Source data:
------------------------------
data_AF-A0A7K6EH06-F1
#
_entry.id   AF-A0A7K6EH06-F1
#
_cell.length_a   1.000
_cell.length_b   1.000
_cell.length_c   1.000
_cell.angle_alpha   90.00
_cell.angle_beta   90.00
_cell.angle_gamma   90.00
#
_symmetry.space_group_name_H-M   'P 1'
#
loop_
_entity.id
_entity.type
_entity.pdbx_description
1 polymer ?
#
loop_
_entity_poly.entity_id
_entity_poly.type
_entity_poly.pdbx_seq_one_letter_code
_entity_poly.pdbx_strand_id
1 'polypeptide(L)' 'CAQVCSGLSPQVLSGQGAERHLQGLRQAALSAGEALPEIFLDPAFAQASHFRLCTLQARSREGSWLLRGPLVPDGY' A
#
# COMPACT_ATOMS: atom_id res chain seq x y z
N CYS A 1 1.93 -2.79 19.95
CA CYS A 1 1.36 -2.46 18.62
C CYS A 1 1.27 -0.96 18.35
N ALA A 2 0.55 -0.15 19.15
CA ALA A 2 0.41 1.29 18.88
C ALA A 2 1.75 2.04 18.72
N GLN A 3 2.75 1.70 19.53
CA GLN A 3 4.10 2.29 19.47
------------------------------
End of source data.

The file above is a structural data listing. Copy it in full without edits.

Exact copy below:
data_AF-A0A7K6EH06-F1
#
_entry.id   AF-A0A7K6EH06-F1
#
_cell.length_a   1.000
_cell.length_b   1.000
_cell.length_c   1.000
_cell.angle_alpha   90.00
_cell.angle_beta   90.00
_cell.angle_gamma   90.00
#
_symmetry.space_group_name_H-M   'P 1'
#
loop_
_entity.id
_entity.type
_entity.pdbx_description
1 polymer ?
#
loop_
_entity_poly.entity_id
_entity_poly.type
_entity_poly.pdbx_seq_one_letter_code
_entity_poly.pdbx_strand_id
1 'polypeptide(L)' 'CAQVCSGLSPQVLSGQGAERHLQGLRQAALSAGEALPEIFLDPAFAQASHFRLCTLQARSREGSWLLRGPLVPDGY' A
#
# COMPACT_ATOMS: atom_id res chain seq x y z
N CYS A 1 1.93 -2.79 19.95
CA CYS A 1 1.36 -2.46 18.62
C CYS A 1 1.27 -0.96 18.35
N ALA A 2 0.55 -0.15 19.15
CA ALA A 2 0.41 1.29 18.88
C ALA A 2 1.75 2.04 18.72
N GLN A 3 2.75 1.70 19.53
CA GLN A 3 4.10 2.29 19.47